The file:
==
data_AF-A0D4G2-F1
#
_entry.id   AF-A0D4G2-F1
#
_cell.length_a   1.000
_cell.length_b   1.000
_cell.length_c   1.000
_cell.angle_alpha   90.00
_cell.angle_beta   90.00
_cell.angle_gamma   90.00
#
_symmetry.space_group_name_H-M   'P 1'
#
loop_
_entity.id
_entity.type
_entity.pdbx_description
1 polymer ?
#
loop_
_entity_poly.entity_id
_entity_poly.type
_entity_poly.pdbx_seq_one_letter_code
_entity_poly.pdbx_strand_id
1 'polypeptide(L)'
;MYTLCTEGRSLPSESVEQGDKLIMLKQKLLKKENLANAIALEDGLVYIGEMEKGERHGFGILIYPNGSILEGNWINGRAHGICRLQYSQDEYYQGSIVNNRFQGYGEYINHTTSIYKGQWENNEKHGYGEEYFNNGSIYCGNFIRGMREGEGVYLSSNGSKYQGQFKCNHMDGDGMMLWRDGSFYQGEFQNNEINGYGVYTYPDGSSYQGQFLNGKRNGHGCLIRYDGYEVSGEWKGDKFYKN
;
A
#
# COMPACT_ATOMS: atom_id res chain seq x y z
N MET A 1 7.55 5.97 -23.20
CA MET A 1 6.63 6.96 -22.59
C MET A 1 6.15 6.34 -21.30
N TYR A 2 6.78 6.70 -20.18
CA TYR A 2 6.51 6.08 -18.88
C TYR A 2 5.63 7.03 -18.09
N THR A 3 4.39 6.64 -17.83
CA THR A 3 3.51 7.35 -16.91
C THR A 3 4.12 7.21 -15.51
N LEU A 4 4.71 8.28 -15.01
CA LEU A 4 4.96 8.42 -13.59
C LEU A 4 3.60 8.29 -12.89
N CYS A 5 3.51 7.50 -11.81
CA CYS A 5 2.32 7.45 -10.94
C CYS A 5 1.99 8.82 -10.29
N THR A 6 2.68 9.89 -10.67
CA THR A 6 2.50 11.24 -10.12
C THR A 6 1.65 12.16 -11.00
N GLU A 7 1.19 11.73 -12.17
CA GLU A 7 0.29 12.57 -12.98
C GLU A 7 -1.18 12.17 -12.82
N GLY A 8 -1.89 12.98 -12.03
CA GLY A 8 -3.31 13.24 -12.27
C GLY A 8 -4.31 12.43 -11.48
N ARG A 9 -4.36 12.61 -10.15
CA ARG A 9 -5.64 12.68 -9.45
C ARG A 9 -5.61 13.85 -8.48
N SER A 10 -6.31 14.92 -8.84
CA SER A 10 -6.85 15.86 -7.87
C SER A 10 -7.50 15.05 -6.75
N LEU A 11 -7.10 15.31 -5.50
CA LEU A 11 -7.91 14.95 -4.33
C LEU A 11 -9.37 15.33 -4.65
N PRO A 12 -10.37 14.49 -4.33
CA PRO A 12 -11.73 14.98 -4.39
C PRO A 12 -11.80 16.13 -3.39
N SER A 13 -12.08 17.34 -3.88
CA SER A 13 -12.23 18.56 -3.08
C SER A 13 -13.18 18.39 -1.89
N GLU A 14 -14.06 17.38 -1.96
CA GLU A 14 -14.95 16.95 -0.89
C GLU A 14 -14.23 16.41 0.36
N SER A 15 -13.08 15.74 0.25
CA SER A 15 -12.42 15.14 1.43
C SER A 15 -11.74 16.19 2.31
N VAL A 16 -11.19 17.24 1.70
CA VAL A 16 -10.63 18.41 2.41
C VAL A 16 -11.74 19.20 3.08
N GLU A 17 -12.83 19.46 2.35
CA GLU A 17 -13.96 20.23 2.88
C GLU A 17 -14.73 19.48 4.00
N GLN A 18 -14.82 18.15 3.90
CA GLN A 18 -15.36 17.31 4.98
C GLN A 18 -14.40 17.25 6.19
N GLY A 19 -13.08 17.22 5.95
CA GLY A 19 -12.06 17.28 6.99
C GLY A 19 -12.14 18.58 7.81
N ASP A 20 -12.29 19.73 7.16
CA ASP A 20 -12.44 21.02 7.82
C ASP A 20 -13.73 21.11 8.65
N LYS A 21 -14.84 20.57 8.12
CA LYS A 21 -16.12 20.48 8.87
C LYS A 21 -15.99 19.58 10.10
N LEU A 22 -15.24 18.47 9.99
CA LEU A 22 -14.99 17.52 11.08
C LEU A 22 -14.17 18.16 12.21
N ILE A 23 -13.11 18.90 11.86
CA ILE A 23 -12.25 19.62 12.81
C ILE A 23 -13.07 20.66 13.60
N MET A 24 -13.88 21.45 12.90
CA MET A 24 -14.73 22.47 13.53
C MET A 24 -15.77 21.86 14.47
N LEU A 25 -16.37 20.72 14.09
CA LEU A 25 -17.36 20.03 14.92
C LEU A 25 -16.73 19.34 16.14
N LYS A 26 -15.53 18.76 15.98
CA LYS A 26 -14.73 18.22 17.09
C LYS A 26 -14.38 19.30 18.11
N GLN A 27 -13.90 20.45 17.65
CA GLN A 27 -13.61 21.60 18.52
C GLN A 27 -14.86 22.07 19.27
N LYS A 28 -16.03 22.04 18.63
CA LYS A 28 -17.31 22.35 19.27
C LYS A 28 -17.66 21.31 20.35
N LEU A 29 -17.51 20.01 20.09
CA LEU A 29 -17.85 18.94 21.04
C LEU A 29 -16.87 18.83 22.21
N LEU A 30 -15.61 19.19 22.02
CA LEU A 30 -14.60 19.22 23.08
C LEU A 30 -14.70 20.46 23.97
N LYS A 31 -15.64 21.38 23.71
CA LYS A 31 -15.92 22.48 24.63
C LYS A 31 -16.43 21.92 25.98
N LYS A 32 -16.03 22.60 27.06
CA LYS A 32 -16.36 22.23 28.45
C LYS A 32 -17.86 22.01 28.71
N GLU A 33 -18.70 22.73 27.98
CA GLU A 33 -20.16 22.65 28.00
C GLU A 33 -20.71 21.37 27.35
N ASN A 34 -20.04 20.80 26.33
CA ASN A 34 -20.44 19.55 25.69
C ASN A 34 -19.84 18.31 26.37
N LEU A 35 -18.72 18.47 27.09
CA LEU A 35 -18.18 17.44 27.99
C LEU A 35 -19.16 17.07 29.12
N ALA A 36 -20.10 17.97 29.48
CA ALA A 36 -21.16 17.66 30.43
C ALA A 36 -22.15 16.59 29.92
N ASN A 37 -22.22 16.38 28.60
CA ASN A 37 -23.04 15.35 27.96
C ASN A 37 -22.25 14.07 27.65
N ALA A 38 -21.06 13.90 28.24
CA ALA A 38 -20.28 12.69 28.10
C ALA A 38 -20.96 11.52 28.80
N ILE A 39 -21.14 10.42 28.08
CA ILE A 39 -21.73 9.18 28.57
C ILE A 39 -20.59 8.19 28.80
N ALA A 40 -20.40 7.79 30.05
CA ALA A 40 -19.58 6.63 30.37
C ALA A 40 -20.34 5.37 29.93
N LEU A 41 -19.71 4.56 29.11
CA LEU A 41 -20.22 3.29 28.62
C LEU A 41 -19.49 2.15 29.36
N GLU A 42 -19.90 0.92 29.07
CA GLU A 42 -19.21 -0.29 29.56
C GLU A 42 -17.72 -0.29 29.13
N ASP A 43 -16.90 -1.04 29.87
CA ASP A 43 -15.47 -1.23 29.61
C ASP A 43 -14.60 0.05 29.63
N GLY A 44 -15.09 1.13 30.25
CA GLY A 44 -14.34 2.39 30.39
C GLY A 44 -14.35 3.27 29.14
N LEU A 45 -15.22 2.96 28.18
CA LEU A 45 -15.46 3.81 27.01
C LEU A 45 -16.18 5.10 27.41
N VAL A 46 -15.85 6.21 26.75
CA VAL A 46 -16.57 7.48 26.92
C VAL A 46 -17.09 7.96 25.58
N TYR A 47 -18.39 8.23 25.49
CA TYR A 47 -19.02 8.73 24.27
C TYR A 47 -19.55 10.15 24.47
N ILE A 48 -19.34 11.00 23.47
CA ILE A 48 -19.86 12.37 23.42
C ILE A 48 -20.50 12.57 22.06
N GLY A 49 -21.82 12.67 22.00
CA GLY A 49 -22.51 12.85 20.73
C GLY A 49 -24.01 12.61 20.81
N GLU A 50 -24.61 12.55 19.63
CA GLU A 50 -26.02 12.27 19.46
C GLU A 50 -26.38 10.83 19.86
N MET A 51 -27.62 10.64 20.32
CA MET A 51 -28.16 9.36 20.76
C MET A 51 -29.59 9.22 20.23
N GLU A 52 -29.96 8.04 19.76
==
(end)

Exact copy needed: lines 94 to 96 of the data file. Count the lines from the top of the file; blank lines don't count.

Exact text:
N LEU A 22 -15.24 18.47 9.99
CA LEU A 22 -14.99 17.52 11.08
C LEU A 22 -14.17 18.16 12.21